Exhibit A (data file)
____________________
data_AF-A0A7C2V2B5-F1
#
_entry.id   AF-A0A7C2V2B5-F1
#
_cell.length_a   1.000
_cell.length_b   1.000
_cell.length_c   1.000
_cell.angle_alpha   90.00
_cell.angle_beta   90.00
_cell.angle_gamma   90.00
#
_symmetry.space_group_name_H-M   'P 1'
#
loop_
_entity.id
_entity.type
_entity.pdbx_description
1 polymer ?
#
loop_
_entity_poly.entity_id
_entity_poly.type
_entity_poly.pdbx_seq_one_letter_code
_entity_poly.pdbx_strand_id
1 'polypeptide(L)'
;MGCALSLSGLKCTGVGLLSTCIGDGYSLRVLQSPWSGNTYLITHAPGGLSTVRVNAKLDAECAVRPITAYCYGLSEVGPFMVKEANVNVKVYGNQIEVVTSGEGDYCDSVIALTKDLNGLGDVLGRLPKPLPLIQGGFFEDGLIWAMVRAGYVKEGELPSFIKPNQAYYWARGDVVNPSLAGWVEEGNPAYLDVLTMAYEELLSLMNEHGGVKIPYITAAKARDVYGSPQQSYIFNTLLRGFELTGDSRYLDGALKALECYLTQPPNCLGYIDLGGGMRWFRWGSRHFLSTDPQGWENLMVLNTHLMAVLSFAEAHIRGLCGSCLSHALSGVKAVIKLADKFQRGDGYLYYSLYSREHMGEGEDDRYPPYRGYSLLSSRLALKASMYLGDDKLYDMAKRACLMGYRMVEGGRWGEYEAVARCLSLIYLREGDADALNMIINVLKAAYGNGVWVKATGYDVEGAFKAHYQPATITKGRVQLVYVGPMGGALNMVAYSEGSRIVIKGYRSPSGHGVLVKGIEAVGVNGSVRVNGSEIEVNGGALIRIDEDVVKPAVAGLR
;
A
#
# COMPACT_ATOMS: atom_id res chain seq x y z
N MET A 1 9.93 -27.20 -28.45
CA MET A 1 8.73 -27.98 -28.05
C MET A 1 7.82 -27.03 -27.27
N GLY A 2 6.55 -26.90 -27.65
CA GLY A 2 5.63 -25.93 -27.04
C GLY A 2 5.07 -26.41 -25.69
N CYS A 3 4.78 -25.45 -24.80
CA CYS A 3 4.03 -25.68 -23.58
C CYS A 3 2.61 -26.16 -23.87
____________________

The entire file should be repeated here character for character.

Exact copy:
data_AF-A0A7C2V2B5-F1
#
_entry.id   AF-A0A7C2V2B5-F1
#
_cell.length_a   1.000
_cell.length_b   1.000
_cell.length_c   1.000
_cell.angle_alpha   90.00
_cell.angle_beta   90.00
_cell.angle_gamma   90.00
#
_symmetry.space_group_name_H-M   'P 1'
#
loop_
_entity.id
_entity.type
_entity.pdbx_description
1 polymer ?
#
loop_
_entity_poly.entity_id
_entity_poly.type
_entity_poly.pdbx_seq_one_letter_code
_entity_poly.pdbx_strand_id
1 'polypeptide(L)'
;MGCALSLSGLKCTGVGLLSTCIGDGYSLRVLQSPWSGNTYLITHAPGGLSTVRVNAKLDAECAVRPITAYCYGLSEVGPFMVKEANVNVKVYGNQIEVVTSGEGDYCDSVIALTKDLNGLGDVLGRLPKPLPLIQGGFFEDGLIWAMVRAGYVKEGELPSFIKPNQAYYWARGDVVNPSLAGWVEEGNPAYLDVLTMAYEELLSLMNEHGGVKIPYITAAKARDVYGSPQQSYIFNTLLRGFELTGDSRYLDGALKALECYLTQPPNCLGYIDLGGGMRWFRWGSRHFLSTDPQGWENLMVLNTHLMAVLSFAEAHIRGLCGSCLSHALSGVKAVIKLADKFQRGDGYLYYSLYSREHMGEGEDDRYPPYRGYSLLSSRLALKASMYLGDDKLYDMAKRACLMGYRMVEGGRWGEYEAVARCLSLIYLREGDADALNMIINVLKAAYGNGVWVKATGYDVEGAFKAHYQPATITKGRVQLVYVGPMGGALNMVAYSEGSRIVIKGYRSPSGHGVLVKGIEAVGVNGSVRVNGSEIEVNGGALIRIDEDVVKPAVAGLR
;
A
#
# COMPACT_ATOMS: atom_id res chain seq x y z
N MET A 1 9.93 -27.20 -28.45
CA MET A 1 8.73 -27.98 -28.05
C MET A 1 7.82 -27.03 -27.27
N GLY A 2 6.55 -26.90 -27.65
CA GLY A 2 5.63 -25.93 -27.04
C GLY A 2 5.07 -26.41 -25.69
N CYS A 3 4.78 -25.45 -24.80
CA CYS A 3 4.03 -25.68 -23.58
C CYS A 3 2.61 -26.16 -23.87